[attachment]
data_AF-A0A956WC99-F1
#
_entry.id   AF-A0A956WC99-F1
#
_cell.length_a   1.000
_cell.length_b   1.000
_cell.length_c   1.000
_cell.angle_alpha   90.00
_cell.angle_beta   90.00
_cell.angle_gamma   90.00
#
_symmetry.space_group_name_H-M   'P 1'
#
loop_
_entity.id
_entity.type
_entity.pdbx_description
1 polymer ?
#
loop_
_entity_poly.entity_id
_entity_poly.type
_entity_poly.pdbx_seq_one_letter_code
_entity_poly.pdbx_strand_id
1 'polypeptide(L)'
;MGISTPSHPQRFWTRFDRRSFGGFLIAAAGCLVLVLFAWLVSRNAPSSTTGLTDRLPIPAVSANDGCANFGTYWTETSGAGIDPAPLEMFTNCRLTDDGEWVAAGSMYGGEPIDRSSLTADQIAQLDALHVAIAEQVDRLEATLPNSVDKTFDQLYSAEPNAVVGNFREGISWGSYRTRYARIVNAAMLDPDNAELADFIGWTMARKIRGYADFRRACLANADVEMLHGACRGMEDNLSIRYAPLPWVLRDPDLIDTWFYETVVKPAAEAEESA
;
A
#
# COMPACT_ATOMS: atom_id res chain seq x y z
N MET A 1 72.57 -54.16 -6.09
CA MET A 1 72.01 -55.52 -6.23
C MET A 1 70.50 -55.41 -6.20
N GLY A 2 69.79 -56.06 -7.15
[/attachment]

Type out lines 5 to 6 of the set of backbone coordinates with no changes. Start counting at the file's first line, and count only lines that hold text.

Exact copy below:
_cell.length_a   1.000
_cell.length_b   1.000